Renewable Energy: Waste As Power Source

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Sullivan (left) and McDonald (right)

Sullivan (left) and McDonald (right)

By Kevin Sullivan, P.E. and Jeff McDonald
From the May 2013 issue of Today’s Facility Manager

The environmental movement in the United States has reached a point where it has permeated many facets of everyday life. Nonetheless, the U.S. still ranks as one of the most wasteful countries in the world. According to the U.S. Environmental Protection Agency (EPA), the average American generates 4.6 pounds of waste per day.

In recent years, however, many towns and cities have begun to find new purposes for the seemingly endless amounts of refuse produced. Thanks to a number of waste-to-energy projects, communities are reusing solid waste to produce clean, renewable energy. Theirs is an example that institutions and communities across the U.S. can learn from when seeking sustainable strategies.

Waste-to-energy projects not only promote “green” initiatives in the environmental sense, but also green initiatives in the more traditional sense—saving municipalities thousands of dollars each year. Without a doubt, U.S. communities are proving that it’s possible to become not only an ecological steward, but an economical one as well.

One alternative source that municipalities are embracing is landfill methane gas. In many instances, landfill methane is burned off, or flared, to minimize its release into the environment. However, that approach is fast becoming archaic, as operators of landfill facilities are coming to realize this is a waste of potential energy. Capturing that gas and using it to generate electricity and heat is becoming a popular alternative.

In landfill gas energy projects, towns and cities purchase methane gas from nearby landfills. The municipality constructs a processing facility at the landfill. Then, extraction wells (along with a series of collection pipes) capture the methane-rich natural gas—a naturally occurring byproduct of decomposition. The gas is cleaned of compounds such as siloxanes (typically produced by decomposition of various materials, most notably health and beauty products) through a variety of different methods. These methods include compression refrigeration and heating, and activated charcoal. The now enriched and purified gas is then odorized at the landfill site before distribution.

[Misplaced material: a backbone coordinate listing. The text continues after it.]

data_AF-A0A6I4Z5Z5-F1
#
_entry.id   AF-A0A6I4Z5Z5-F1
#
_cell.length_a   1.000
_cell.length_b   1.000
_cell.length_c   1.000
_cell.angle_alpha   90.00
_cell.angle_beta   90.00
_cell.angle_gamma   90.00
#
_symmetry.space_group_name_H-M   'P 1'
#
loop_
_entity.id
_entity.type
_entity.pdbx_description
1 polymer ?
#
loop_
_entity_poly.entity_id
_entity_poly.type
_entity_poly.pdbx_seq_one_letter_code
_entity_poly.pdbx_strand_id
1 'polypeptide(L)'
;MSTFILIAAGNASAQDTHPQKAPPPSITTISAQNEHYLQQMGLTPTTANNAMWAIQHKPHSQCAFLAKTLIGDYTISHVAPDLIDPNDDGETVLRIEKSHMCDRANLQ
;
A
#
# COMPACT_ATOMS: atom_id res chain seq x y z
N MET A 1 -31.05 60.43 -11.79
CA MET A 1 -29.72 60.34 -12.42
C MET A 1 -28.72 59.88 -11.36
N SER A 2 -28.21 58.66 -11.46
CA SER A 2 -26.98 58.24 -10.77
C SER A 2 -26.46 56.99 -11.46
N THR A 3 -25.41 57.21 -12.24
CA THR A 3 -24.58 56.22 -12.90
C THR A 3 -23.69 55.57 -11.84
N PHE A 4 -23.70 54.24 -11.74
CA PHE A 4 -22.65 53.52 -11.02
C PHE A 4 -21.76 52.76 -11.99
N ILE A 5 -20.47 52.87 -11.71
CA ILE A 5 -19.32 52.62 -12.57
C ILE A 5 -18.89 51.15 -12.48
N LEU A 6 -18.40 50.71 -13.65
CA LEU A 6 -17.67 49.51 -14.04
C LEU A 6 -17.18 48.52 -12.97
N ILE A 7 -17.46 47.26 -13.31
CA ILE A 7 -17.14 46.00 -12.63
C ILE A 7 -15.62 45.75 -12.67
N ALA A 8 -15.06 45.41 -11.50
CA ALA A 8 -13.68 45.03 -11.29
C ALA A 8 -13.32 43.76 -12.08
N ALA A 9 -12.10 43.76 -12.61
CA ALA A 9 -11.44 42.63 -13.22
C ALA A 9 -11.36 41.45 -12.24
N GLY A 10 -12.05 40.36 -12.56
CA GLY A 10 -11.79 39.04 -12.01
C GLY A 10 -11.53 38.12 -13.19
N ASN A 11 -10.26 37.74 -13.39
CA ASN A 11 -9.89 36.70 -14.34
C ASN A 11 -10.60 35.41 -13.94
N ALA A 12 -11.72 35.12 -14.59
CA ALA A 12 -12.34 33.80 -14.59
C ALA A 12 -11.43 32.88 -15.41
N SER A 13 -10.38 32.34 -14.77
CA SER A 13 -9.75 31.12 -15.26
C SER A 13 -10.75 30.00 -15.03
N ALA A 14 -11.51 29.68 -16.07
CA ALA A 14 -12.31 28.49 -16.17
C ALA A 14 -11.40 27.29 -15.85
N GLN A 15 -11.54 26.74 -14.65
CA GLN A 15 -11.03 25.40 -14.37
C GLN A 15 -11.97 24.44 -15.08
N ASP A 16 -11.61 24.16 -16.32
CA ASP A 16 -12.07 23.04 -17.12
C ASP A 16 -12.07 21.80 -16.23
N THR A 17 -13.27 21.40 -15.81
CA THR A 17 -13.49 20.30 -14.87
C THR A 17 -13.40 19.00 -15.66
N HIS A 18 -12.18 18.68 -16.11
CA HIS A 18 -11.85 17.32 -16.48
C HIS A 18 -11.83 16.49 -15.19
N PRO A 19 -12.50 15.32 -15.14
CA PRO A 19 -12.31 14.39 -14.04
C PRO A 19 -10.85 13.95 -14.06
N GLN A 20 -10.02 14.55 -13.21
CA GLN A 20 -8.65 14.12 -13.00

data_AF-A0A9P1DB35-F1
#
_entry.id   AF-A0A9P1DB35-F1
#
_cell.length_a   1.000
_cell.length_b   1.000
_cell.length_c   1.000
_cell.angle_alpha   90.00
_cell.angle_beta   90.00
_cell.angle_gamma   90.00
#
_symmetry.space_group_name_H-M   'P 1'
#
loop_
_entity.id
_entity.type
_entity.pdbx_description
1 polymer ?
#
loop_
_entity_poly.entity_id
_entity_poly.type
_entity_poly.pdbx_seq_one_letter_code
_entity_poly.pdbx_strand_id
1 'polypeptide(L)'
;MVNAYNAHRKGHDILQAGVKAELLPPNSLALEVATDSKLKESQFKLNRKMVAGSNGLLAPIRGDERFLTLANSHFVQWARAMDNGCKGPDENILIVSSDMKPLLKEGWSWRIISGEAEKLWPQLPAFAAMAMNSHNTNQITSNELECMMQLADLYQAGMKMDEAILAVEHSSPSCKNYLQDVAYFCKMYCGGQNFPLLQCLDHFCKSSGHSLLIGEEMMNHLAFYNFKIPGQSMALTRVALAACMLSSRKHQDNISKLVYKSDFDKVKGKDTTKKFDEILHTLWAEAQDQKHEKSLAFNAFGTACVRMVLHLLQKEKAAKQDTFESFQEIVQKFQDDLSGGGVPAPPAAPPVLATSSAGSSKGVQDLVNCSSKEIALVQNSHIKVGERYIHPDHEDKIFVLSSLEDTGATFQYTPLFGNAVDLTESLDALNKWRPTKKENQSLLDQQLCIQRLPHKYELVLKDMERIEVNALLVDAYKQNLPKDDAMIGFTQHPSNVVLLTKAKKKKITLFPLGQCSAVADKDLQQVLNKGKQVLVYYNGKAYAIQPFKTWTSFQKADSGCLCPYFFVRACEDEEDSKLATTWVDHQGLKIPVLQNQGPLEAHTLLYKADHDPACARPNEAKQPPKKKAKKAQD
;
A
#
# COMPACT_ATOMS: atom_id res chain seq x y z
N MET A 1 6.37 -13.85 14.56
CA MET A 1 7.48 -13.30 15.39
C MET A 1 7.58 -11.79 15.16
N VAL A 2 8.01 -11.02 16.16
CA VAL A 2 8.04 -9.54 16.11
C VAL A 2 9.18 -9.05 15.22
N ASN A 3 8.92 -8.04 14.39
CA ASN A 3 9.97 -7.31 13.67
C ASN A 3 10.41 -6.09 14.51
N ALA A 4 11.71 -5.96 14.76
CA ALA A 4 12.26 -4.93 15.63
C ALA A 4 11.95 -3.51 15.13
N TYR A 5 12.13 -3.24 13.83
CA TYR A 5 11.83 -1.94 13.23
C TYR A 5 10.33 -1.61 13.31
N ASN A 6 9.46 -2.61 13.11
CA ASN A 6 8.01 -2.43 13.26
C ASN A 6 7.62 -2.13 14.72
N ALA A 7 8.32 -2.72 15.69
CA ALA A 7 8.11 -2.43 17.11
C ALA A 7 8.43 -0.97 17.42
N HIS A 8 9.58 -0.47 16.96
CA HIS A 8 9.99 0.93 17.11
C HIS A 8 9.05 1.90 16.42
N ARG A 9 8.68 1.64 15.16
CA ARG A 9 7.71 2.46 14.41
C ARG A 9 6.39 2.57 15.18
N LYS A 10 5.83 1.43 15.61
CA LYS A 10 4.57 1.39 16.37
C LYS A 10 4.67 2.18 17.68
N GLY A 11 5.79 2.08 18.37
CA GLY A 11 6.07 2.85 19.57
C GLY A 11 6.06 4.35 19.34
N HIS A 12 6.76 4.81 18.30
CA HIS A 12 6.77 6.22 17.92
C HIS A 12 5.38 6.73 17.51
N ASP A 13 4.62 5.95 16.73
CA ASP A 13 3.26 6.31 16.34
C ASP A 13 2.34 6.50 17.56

According to the EPA, there are approximately 560 landfill gas energy projects operating in the U.S. An additional 510 landfills currently present opportunities for development.

Another waste-to-energy opportunity lies in discarded food, which ranks as the second largest category of municipal solid waste in the U.S. All told, food waste accounts for approximately 18% of the waste stream, with over 30 million tons sent to landfills each year. Unfortunately, very little is recycled; only 3% is diverted from landfills, with most of it composted to produce fertilizer.

But many municipalities are discovering the enormous energy potential of food waste. A recent study conducted by East Bay Municipal Utility District revealed that this material has up to three times as much energy potential as biosolids.

Towns and cities are constructing anaerobic digesters to harness the energy found within food waste. In this process, haulers collect food waste and deliver it to an anaerobic digester, where various bacteria break down the food waste and produce biogas. That biogas is captured and used to produce electricity and heat. Once the digestion process is completed, leftover materials can be composted and used as a natural fertilizer.

Finally, by using food waste as a fuel source, communities are reducing the amount of waste that reaches landfills, while producing energy that’s both clean and cost-effective.

Whether using landfill gas or discarded food, waste-to-energy projects implemented in the U.S. are providing communities with increased energy security. Replacing commercial gas with renewable gas as the primary fuel can help stabilize costs and ensure a dependable source of fuel for decades to come. At a time when many are facing budget cutbacks, these savings are invaluable. In fact, many waste-to-energy projects have brought an anticipated payback within 10 years of completion.

Besides decreasing dependence on fossil fuels, waste-to-energy reduces carbon dioxide emissions. In taking the lead to pursue these sources of renewable energy, municipalities demonstrate it’s possible to protect the environment while enjoying cost savings. Waste has long been regarded as a necessary evil, but waste-to-energy is helping to change that perception.

Sullivan is a vice president at Fuss & O’Neill, Inc., a full service engineering consulting firm based in Manchester, CT. McDonald is an associate at the firm.

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